Oakley to Express Concern Over Proposed Striped Bass Regulations

In response to residence concerns stated at the December 13, 2011 council meeting, the City of Oakley will be drafting a letter to the California Fish & Game Commission regarding a change in regulation that will affect Striped Bass in the Delta.

The new regulations proposed by the Fish & Game Commission (attached) are intended to increase the fishing of the Striped Bass because it is non-native and is believed to be causing negative impacts on native species and habitat—essentially, it allows more and smaller striped bass to be caught if the proposal is adopted.

Broken down, the proposal states:

  • Raising the daily bag limit for striped bass from two to six fish.
  • Raising the possession limit for striped bass from two to 12 fish.
  • Lowering the minimum size for striped bass from 18 to 12 inches.
  • Establishing a “hot spot” for striped-bass fishing at Clifton Court Forebay and specified adjacent waterways at which the daily bag limit would be 20 fish, the possession limit would be 40 fish, and there will be no size limit. Clifton Court Forebay is the reservoir associated with the Harvey O. Banks Pumping Plant in in the south Delta, part of the State Water Project.

While I will not pretend to be an expert on this issue, I do have my own question about this proposed change as to its purpose. The ultimate goal of this change is not clearly defined while most importantly, there is no timeline on this proposal as to when it expires and defaults back to the current regulation.  It’s almost as if it’s a regulation change just for the heck of it.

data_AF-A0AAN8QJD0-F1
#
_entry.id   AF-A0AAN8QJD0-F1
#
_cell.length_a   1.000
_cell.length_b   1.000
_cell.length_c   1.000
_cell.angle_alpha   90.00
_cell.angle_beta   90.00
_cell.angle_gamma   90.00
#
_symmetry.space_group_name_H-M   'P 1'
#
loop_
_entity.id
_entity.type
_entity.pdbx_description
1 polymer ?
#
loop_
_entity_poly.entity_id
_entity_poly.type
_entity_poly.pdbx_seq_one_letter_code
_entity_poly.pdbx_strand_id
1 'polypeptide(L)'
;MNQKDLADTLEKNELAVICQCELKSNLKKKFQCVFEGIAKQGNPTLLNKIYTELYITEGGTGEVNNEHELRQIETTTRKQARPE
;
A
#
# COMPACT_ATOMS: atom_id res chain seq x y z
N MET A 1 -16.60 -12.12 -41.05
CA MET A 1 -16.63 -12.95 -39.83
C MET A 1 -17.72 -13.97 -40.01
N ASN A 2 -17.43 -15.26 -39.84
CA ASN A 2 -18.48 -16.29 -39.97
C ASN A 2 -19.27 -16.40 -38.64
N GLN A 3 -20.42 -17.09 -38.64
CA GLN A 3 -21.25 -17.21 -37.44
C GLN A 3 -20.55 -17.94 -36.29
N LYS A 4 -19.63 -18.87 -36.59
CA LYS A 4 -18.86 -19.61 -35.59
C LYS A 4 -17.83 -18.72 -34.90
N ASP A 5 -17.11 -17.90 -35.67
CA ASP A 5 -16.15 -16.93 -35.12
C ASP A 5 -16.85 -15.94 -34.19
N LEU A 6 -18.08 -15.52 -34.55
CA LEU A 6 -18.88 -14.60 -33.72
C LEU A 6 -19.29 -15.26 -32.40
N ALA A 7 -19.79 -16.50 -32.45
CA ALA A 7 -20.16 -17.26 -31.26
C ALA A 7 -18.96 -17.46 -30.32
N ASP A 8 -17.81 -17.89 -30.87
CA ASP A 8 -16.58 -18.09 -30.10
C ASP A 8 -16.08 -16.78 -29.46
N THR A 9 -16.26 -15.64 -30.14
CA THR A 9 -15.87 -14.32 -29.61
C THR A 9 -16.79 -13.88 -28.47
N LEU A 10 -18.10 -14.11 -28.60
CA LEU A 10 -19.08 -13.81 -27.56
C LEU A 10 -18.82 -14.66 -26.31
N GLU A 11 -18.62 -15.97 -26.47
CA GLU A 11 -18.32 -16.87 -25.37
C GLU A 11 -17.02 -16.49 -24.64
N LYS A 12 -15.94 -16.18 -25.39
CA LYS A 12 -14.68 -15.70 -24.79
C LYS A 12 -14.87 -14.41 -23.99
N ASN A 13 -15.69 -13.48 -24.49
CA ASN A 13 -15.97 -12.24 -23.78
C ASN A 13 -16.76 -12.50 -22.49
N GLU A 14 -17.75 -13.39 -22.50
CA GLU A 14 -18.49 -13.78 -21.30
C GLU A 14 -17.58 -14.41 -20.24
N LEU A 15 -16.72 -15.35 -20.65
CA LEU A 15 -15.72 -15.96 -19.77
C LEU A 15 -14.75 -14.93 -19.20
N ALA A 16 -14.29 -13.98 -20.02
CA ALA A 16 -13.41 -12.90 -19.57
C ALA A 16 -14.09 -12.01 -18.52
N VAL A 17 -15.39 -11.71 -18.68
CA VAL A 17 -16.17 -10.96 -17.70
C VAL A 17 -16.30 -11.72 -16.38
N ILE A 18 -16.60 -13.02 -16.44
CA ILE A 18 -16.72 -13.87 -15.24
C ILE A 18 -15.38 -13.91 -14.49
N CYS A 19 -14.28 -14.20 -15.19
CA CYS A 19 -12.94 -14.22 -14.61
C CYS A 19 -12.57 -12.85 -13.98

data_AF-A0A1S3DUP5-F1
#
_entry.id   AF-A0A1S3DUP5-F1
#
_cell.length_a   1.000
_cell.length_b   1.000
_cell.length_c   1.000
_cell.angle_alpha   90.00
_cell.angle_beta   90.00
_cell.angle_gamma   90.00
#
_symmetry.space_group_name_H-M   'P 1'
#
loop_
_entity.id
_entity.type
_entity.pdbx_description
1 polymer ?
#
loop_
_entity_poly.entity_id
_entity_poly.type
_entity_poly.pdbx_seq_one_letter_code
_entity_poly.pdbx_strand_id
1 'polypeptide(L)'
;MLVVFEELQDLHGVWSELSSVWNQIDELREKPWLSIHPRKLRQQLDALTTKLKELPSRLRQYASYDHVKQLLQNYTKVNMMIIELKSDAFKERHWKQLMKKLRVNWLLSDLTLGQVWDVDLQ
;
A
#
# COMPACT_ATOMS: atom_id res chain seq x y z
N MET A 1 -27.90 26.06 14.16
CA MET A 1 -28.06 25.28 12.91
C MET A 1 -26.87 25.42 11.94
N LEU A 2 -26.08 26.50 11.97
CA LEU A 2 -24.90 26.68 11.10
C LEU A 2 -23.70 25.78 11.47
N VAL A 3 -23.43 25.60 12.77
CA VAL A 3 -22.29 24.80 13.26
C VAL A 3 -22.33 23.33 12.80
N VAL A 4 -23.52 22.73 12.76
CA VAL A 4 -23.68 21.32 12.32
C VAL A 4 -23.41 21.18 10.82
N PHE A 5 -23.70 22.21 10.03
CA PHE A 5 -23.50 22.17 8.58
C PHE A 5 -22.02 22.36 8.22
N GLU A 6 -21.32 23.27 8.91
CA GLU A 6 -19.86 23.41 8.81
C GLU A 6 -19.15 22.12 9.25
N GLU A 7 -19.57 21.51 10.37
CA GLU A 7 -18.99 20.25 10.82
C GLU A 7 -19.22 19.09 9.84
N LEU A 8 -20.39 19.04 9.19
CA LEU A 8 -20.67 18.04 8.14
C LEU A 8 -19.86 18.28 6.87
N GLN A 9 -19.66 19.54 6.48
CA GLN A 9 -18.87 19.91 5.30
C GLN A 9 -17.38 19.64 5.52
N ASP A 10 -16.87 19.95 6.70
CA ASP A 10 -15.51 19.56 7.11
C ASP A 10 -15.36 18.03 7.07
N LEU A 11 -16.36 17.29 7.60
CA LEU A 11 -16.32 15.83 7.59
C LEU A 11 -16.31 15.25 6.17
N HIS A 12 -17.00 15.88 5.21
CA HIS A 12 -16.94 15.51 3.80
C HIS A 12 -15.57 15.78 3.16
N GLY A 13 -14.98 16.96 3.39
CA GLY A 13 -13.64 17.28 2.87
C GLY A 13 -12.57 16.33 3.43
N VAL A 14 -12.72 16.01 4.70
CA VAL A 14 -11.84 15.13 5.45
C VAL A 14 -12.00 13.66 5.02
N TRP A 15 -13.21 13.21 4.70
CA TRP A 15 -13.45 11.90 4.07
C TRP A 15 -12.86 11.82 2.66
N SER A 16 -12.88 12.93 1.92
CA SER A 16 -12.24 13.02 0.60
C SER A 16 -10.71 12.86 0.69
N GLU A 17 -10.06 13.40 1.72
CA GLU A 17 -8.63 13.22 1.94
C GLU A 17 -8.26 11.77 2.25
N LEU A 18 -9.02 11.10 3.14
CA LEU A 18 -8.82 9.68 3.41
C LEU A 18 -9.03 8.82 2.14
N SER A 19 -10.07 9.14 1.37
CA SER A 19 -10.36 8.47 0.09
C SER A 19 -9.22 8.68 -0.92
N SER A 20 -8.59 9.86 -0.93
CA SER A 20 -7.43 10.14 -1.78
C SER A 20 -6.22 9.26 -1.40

With that being said, the rhetoric against the changes is straight forward with claims that it’s a threat to Striped Bass and the local economy as the fish have benefited the Delta communities, as well as the state—the accusation at the December City Council meeting is these proposal changes benefit private interests in Kern County.

If Oakley is serious about its concerns, I would hope it sends more than a letter. The City, which already has limited staff, would have to join this battle and support groups fighting this proposed changes—as well as join forces with other local communities on the Delta as a coalition.

Below is a copy of the Draft Letter that Oakley will be sending upon council approval. This is via the Staff report for the upcoming City Council Meeting. The Proposed Changes to Striped Bass Sport Fishing Regulations can be found in full on the Staff Report

January 11, 2012

Mr. Jim Kellogg, President
California Fish and Game Commission
P.O. Box 944209
Sacramento, CA 94244-2980

Dear President Kellogg and Commissioners:

The Oakley City Council wishes to express its significant concern over the proposed regulations by the California Department of Fish and Game that threaten to eradicate the San Francisco Bay and Delta of the Striped Bass. It is our belief that such action will have a negative impact on the California economy and especially on communities within the Delta.

We encourage you and your fellow Commissioners to reject the proposed regulations and consider alternative proposals that are more consistent with your charter which calls for you to “protect, enhance and manage” the fisheries, not to destroy them.